From what has taken place in France, we have cause to fear, what may be the general state of religion, for a time, before the introduction of the happy period which the scriptures foretel.

In most of the nations of Europe the government is similar to the late government of France; especially in respect of the union of the civil and religious establishments; and in respect of the despotism exercised over the body of the people. Before that happy period commences, there will be revolutions in favour of liberty. For civil liberty is a necessary preparative to the progress of truth, and a discriminating circumstance of that time. Human nature is the same in other nations, as in France; and we may expect, that political revolutions will have the same effect on the state of religion elsewhere, as they have had there.

The reasons why the American revolution did not, with the ancient forms of government, subvert the forms of religion, were, because religion

and police were not in the same manner blended, and the people were more enlightened, and less oppressed.

Religion, in its natural tendency, is subservient to the peace and happiness of society, and therefore ought to be protected and supported by the civil government; but it ought never to be so incorporated with it, as to become a tool of temporal domination.

From a view of the state of Europe, from a recollection of what has taken place in France, and from the prophetic intimations of scripture, there is much cause to fear, that deism and atheism, and, with them, every species of immorality, will, for a time, increase in the world, and religion sink into obscurity, or be confined to a narrow circle.

Persecution probably will no more kindle her faggots, or draw her sword. But a general indifference to, and contempt of the gospel, may as sadly depress the interest and glory of the church, as ever persecution has done.

Infidelity is the last expedient, which the grand adversary will employ, to banish truth from the earth. In this he may probably succeed for a while; but he will finally be defeated. When the rage of contention shall subside, and Liberty shall extend her benign influence among the nations, their passions will settle into a calm; free enquiry will take place; the evidences of truth will rise to view, and come home, with force, to the mind; a more plentiful effusion of the divine spirit will be granted, than men's minds, amidst the rage of war, and the tumult of revolutions, are capable of receiving; the gospel will be preached with purity and zeal, and heard with candour and attention; its happy influence will be felt in society and its divine power experienced in the heart; and the church will grow. VOL. II.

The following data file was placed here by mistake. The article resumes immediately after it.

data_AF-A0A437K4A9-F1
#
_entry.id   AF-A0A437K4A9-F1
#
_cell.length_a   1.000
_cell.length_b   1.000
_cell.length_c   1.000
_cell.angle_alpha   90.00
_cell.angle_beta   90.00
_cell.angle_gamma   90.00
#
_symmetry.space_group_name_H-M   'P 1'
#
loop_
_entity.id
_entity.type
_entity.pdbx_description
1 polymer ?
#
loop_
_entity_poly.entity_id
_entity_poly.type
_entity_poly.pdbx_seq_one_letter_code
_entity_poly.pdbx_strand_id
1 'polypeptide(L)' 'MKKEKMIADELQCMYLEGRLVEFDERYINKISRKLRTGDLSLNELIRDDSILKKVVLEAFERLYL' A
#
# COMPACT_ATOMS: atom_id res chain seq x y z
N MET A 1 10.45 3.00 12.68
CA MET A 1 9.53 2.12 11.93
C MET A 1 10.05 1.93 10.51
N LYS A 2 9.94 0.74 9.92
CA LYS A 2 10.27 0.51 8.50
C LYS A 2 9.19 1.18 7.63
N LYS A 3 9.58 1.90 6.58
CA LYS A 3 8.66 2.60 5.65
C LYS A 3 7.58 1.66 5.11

under the patronage of government, when pious rulers shall be its nursing fathers.

While we lament the declining state of religion in Europe, we may, with just concern, bring our reflections nearer home.

Since our late war with Britain, literature and arts have been improving in the country; but our moral state appears not to be mended. To ourselves we may apply God's reproof of Israel, "As they increased, so they sinned." And we may fear the threatening which follows-"Therefore will I turn their glory into shame."

We have, too fondly for an infant people, imitated the luxuries of European nations. The pomp and show of foreign courts seem to have charms too captivating to be resisted. Many of our private citizens affect a style of living, which their means will not fully justify. Infidelity, in the several forms of deism, universalism, and fatalism, has made threatening progress. Many are industriously labouring to throw off the salutary restraints, which the gospel lays on men's passions and lusts. The publick worship of God, that kind and friendly institution, is growing into awful neglect, not merely among the higher ranks, but among people of every class. The Sabbath, which was revered by our fathers, and observed with a conscientious exactness, is treated with indifference. A religious profession, and an attendance on the special ordinances of Christ, are, by many, utterly disregarded. Family devotion seems to be growing into disuse, and family government is declining

with it.

Though we have lately experienced an important revolution, yet the day of danger may not be past: Besure our moral state does not promise us secu-, rity. Our connexions with the nations of Europe are so strong, and our resemblance of them in im